The evidence is mounting that when it comes to drug prices, Americans have had enough and are not going to take it anymore.
The latest poll on drug prices from the Kaiser Family Foundation found that a majority of Americans, including those not even taking prescription drugs, think prices are too high and a nearly 75% think it is time the government take steps to do something about it. The current poll follows on two by Kaiser earlier this summer which said majorities blamed drugmakers for high prices and that Medicare should be able to negotiate prices, although 62% say that prescription drugs have improved the lives of people in the U.S.
In the latest survey, pollsters found that by large margins, Americans are in favor of requiring pharmaceutical companies to disclose how they set prices (86%); allowing Medicare to negotiate drug prices (83%); and even limiting what drug companies can charge for drugs to treat serious illnesses (76%). The poll was taken by phone earlier this month.
Also important during the presidential election cycle is the fact that the results of the survey cut across political lines. A small majority, 51% to 40%, thought competition should be the key to controlling prices with 76% of Republicans favoring market forces to 57% of Democrats. But when it came to other considerations, the margins narrowed. On the question of allowing Medicare to negotiate prices, 93% of Democrats favored the action, but so did 74% of Republicans and 83% of independents.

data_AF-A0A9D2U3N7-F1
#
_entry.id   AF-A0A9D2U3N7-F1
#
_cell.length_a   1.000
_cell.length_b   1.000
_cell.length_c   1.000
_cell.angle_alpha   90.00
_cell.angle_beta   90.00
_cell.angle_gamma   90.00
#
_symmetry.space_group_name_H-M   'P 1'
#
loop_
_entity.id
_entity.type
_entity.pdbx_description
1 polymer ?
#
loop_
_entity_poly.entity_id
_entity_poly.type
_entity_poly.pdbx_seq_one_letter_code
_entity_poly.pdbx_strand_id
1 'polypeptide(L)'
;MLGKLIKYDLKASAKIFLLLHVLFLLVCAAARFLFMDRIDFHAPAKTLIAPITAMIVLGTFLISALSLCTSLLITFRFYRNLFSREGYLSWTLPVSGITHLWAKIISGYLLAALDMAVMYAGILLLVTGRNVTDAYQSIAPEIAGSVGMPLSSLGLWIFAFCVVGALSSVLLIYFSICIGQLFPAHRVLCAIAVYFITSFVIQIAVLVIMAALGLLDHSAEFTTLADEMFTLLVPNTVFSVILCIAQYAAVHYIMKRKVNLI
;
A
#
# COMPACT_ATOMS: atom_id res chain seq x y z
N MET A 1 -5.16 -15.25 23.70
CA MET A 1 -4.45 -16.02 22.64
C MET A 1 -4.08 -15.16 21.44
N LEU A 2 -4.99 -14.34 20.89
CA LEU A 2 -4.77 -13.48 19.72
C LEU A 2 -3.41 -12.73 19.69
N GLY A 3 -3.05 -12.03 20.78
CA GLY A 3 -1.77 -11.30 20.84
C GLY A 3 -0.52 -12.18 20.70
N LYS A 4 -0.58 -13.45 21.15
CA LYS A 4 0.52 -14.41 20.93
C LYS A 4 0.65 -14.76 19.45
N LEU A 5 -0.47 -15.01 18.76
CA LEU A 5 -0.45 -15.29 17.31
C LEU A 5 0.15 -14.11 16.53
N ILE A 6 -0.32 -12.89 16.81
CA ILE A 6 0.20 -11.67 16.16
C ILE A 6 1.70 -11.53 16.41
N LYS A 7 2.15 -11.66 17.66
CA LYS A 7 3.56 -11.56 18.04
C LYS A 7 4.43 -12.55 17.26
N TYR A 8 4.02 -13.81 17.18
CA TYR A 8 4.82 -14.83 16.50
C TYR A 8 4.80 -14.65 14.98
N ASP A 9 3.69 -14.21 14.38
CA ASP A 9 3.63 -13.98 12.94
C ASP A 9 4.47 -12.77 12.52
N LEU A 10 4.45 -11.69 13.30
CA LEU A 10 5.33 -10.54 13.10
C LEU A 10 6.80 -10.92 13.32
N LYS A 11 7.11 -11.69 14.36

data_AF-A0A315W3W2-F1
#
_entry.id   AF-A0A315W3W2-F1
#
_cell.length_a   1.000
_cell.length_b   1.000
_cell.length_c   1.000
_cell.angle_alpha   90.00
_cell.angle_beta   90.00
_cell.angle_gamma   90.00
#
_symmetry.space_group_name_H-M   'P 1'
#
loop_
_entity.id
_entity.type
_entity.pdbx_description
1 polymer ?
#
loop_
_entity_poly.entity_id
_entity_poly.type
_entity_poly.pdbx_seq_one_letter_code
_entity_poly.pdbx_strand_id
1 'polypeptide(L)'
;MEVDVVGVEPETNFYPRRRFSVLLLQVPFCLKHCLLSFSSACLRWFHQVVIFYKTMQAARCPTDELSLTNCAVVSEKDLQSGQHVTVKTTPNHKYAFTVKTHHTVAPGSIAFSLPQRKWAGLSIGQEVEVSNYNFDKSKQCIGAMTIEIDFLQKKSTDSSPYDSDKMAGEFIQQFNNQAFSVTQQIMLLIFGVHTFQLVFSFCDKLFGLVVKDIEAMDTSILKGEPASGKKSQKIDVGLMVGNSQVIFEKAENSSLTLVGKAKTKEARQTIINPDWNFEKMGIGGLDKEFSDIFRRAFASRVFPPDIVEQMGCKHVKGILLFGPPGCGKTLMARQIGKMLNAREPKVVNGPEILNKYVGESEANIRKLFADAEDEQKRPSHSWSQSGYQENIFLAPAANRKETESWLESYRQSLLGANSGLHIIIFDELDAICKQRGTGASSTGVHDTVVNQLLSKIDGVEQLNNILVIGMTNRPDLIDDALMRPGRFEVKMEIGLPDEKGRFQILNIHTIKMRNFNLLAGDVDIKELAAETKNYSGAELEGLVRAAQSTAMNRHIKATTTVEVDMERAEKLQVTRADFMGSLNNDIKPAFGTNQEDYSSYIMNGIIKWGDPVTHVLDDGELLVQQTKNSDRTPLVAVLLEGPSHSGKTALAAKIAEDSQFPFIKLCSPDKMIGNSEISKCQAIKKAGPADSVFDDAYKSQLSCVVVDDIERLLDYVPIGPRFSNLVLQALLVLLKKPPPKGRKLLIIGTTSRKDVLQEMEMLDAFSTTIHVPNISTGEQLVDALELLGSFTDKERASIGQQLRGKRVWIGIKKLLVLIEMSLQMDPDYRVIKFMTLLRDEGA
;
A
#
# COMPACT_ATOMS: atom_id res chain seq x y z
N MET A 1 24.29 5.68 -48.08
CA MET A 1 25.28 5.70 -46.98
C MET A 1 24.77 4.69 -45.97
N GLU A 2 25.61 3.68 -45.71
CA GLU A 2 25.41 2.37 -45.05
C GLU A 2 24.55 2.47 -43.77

"Unlike most things in health policy, there is bipartisan support for almost any action we have polled on that people think will control drug prices," Drew Altman, president of the foundation, said in a statement. "Even Republicans seem to support aggressive action by government."
|Sen. Bernie Sanders|
While Republican candidates continue to talk about the Affordable Care Act, one Democratic presidential candidate, Sen. Bernie Sanders of Vermont, has been beating a drum over the high prices of drugs, like Gilead Sciences' ($GILD) $1,000-a-pill hepatitis C cure Sovaldi. He also is asking about rising prices of generic drugs. Most recently, Sanders and Rep. Elijah Cummings (D-MD) sent a letter to Valeant ($VRX) CEO J. Michael Pearson asking him to explain the price hikes on heart drugs Isuprel and Nitropress, which Valeant reportedly raised by 525% and 212% after buying the rights to the drugs.
The drug industry contends that if the U.S. were to go the way of European countries and take steps to limit their ability to put whatever prices they want on drugs, it would kill innovation to the detriment of Americans. And the industry points out that there have been market forces at work. Exclusive deals by pharmacy benefits manager Express Scripts ($ESRX) and others around the hep C drugs from Gilead and AbbVie ($ABBV) created a price war that brought down their prices while the groups have been quick to kick drugs off of formulary lists when they can get better deals from drugmakers with a competing product.
Not boding well for the industry, however, was the fact that 73% of those polled said drugmakers make too much profit.
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